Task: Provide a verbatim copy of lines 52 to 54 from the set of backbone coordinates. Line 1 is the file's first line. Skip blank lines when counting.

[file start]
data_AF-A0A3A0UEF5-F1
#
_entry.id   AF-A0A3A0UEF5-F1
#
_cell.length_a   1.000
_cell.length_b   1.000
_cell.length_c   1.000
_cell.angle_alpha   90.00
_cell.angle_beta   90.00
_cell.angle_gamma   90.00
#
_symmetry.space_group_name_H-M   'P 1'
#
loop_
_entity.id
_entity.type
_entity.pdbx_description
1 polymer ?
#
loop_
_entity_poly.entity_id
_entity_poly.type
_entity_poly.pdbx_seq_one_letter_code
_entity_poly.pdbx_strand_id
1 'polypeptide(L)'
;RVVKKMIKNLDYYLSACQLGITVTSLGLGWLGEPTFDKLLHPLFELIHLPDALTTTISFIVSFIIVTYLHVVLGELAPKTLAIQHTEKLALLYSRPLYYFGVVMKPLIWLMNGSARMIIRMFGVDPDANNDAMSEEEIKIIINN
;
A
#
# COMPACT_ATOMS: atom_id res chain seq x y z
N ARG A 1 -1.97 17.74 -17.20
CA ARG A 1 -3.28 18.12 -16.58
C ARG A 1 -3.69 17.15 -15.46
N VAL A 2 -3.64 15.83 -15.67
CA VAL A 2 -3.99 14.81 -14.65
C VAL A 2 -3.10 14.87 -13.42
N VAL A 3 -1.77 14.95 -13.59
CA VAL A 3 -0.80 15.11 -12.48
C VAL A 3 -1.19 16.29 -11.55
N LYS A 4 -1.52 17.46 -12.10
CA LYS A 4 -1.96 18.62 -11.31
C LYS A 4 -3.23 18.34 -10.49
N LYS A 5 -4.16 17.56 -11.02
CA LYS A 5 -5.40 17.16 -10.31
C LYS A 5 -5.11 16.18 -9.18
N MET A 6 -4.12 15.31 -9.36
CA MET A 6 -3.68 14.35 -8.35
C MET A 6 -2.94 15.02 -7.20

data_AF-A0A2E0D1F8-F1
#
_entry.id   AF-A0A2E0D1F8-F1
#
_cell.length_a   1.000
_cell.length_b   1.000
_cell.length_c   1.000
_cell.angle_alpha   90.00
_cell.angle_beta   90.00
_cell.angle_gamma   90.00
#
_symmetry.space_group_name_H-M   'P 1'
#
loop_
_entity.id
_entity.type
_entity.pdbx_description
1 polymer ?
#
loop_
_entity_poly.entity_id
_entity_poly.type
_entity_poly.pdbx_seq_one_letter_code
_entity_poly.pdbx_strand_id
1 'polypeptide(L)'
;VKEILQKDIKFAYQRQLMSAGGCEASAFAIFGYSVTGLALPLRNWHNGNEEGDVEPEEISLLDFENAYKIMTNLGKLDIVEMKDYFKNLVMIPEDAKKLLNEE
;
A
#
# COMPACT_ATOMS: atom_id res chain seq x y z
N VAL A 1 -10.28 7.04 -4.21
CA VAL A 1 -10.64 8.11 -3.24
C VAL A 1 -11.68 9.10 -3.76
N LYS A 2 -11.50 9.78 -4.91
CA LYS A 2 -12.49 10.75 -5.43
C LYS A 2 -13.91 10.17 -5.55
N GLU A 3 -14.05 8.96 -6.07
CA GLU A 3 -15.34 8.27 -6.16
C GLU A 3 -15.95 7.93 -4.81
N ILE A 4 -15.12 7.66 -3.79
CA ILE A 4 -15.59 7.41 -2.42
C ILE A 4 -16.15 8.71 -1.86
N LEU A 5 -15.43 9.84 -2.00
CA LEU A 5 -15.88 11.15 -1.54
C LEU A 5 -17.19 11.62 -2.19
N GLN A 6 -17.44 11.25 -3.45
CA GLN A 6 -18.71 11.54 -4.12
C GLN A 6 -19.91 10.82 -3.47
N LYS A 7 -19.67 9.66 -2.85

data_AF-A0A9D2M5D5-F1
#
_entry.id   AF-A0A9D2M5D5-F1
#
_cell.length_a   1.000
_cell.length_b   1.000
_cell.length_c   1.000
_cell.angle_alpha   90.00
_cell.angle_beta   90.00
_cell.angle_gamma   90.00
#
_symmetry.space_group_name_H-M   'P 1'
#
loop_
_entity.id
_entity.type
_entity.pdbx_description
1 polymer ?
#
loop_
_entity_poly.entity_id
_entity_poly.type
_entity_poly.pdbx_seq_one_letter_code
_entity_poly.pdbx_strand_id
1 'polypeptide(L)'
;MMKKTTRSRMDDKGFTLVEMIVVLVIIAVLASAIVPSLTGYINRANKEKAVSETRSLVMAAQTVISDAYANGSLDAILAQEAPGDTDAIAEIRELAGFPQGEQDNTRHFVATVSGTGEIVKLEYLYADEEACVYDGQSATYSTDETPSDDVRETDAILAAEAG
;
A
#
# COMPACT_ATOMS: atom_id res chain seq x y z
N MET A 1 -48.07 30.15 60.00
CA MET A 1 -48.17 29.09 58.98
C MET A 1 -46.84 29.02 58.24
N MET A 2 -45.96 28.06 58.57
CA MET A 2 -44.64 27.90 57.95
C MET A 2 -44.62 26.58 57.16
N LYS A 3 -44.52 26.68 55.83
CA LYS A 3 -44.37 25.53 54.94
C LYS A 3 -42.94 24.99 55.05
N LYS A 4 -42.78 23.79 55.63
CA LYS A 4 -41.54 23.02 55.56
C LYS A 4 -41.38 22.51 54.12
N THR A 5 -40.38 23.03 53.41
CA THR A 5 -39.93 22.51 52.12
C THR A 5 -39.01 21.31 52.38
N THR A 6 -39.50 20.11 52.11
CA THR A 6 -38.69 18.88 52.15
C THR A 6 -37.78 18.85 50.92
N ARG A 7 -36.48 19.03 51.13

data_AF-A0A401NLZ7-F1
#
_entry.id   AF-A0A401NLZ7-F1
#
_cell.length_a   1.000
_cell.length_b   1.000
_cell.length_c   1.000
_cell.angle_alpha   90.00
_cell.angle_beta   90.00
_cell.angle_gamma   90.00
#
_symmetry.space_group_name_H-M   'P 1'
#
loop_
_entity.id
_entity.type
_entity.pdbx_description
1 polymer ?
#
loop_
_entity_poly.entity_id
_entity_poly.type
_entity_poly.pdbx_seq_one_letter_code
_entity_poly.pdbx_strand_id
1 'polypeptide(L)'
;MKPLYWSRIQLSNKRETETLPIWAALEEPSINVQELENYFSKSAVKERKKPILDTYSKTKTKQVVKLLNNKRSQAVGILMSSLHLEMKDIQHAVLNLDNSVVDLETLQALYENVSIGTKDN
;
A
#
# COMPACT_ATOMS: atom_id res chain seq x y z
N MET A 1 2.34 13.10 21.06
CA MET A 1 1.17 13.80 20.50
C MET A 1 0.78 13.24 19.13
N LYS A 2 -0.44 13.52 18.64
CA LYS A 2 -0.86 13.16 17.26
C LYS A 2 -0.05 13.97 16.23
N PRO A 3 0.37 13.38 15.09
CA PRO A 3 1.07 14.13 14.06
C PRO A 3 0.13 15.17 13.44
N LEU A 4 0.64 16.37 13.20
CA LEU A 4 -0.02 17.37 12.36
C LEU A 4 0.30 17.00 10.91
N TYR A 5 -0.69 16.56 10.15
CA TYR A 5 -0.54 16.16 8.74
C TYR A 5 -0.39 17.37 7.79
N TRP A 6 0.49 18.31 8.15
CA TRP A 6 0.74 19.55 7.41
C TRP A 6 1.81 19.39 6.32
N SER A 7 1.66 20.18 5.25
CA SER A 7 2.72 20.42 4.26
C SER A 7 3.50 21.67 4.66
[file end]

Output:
#
_cell.length_a   1.000
_cell.length_b   1.000